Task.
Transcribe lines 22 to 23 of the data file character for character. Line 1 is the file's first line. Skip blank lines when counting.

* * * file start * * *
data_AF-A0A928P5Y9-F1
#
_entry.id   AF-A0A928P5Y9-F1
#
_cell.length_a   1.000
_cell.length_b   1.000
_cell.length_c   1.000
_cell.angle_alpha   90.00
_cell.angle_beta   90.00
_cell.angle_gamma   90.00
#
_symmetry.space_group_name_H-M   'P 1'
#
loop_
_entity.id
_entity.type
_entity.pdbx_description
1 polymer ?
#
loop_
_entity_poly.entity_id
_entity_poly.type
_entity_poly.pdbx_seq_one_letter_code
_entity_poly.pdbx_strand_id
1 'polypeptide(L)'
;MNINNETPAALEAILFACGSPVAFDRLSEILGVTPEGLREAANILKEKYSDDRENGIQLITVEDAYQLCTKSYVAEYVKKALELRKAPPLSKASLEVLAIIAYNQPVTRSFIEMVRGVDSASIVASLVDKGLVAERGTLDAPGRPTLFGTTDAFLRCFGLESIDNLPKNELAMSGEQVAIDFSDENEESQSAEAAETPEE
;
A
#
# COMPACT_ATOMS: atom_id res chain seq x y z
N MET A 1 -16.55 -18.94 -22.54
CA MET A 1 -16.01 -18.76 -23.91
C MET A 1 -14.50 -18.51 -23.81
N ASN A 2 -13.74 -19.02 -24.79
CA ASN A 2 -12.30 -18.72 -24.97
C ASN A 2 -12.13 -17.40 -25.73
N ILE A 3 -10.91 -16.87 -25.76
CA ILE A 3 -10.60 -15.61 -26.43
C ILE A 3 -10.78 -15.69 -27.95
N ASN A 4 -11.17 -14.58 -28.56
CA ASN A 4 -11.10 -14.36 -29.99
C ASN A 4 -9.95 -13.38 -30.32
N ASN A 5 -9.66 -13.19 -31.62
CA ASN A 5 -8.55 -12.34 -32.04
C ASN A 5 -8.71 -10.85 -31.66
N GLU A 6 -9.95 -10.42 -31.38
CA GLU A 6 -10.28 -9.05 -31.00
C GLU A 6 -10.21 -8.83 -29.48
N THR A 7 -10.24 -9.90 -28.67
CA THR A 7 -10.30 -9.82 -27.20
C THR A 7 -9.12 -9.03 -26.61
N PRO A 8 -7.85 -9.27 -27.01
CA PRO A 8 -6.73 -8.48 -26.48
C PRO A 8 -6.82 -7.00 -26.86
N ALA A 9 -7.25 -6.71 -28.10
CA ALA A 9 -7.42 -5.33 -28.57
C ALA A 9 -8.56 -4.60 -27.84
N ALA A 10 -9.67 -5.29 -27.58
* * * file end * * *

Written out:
_entity_poly.type
_entity_poly.pdbx_seq_one_letter_code